It was a bit of a surprise to me when Sacha Gervasi was chosen to helm Fox Searchlight's adaptation of Stephen Rebello's nonfiction book Alfred Hitchcock and the Making of Psycho. The journalist and screenwriter had only one directorial effort to his credit, and that was the heralded documentary Anvil: The Story of Anvil, which caught up with a long forgotten but seminal heavy metal band.
While I had enjoyed his first film, it seemed like a major leap from an indie doc to a docudrama about one of cinema's most iconic directors starring such prestigious performers as Sir Anthony Hopkins and Dame Helen Mirren. However, when I sat down with Gervasi last weekend to discuss his first narrative feature Hitchcock, it was immediately clear to me how he landed the job.
For one, Gervasi is intensely charismatic. His high energy and warm humor can be felt throughout Hitchcock, and as he spoke a mile a minute about the legendary filmmaker, film, and Alma Reville the influential figure it pulls from the shadows, his enthusiasm was positively infectious. When I asked him casually how his day of press was going, Gervasi smiled broadly and exclaimed, " I'm having a fucking good time!" From that moment, I knew he and I would get along famously.
I really enjoyed the movie. I'm a big Hitchcock fan, and I was pleasantly surprised at how funny it is.
Well that was sort of the point, you know, was to make a film that’s funny and hopefully has some heart to it in the Hitchcock style. That was really the big deal.
It reminded me a lot of his TV show, Alfred Hitchcock Presents.
I think the beginning [which alludes to the TV series] was really an entry point, because we were very conscious of making a film for an audience as he did. You know, Stephen Rebello who wrote the original book [Alfred Hitchcock and the Making of Pyscho]—the original book is different than the film; it's about the making of Psycho. It's a very detailed, meticulous account of the production, what happened, how it worked. But we made—and Stephen Rebello said—I want to make a movie for the audience from this. Because to adapt this book is a documentary, and that's not what we wanted to do. And I think it's important for people to know that that the book, it served as the sort of text when we were doing the Psycho stuff it was the text that we sort of referred to and we got our information from. But the movie is something different. It's a love story, and the thing—it's a little bit in Rebello's [book] but much more in John's [J. McLaughlin] script—but the movie is about this relationship. And you know it's about—if nothing else—it's shining a light on this incredible woman Alma Reville who played such a significant part in his life. Not just personally, but also as his collaborator.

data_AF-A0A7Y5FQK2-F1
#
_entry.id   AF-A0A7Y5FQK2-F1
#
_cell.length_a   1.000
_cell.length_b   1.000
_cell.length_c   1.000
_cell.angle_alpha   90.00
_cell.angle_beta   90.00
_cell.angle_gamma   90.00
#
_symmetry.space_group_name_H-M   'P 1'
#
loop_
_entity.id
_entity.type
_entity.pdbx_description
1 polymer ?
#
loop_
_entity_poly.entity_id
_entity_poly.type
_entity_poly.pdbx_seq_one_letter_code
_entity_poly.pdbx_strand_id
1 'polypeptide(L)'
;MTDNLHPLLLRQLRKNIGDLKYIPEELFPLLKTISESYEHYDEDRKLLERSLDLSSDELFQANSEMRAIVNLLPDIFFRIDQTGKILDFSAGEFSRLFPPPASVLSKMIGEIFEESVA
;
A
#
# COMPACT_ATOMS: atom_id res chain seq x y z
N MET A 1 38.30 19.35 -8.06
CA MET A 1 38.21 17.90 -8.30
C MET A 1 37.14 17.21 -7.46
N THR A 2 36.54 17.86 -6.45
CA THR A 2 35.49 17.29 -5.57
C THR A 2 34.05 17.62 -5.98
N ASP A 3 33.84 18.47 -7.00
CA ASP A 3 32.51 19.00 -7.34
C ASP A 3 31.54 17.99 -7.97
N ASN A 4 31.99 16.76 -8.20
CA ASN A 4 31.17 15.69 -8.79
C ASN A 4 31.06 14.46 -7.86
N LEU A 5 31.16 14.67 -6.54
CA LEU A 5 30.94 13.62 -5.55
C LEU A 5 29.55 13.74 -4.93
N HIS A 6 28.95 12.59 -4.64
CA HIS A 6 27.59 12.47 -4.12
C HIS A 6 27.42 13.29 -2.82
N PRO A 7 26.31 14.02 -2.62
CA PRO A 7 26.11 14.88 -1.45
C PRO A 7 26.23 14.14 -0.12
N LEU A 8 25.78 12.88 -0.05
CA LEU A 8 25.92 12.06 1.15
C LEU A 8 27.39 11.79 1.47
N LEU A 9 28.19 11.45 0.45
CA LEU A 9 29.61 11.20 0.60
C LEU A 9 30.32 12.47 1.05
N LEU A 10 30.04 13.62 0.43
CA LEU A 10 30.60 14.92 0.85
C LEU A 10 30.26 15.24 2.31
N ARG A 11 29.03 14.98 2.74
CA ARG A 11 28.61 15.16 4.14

I was actually really impressed because I didn't know much about Alma before seeing the film—
Neither did I, and I studied Hitchcock at UCLA under Howard Suber. She's mentioned. We know she's in the life, but I didn't know until I got into the story and started doing my research how involved she wa
casting, script, editing. Mostly in production she would leave him alone, but for pretty much every other part—marketing—every aspect of the process she was involved, and made some pretty huge decisions.
Why do you think it is that we don't know more about her contributions?
Well, I think that's partly her choice. She was wonderfully humble. I think she had a very healthy ego. She recognized that Alfred Hitchcock was who he was. I think together they created this quite brilliant, iconic brand. The person you see on Alfred Hitchcock Presents, it's an invention. It's a character that Hitchcock is playing. The truth is that he comes from very humble beginnings in England: working class family, Edwardian Catholic upbringing, the son of a shopkeeper. And yet on Alfred Hitchcock Presents he seems like some sort of English aristocrat. You know, he was playing that character, that's not who he was. And I think she was the sort of co-author of this character because they knew how to—they were really smart. And I think also she didn't want the attention; she was happy to be in the background, supporting Alfred. She recognized that he was the genius and her intention was just to help him, and make his genius films a little more genius. But I think part of it is that she didn't seek the limelight. She would deliberately stand behind him. She liked remaining in the shadows, and I think that's why I wanted to tell her story to sort of give her a bit of credit because I think she was wonderfully humble.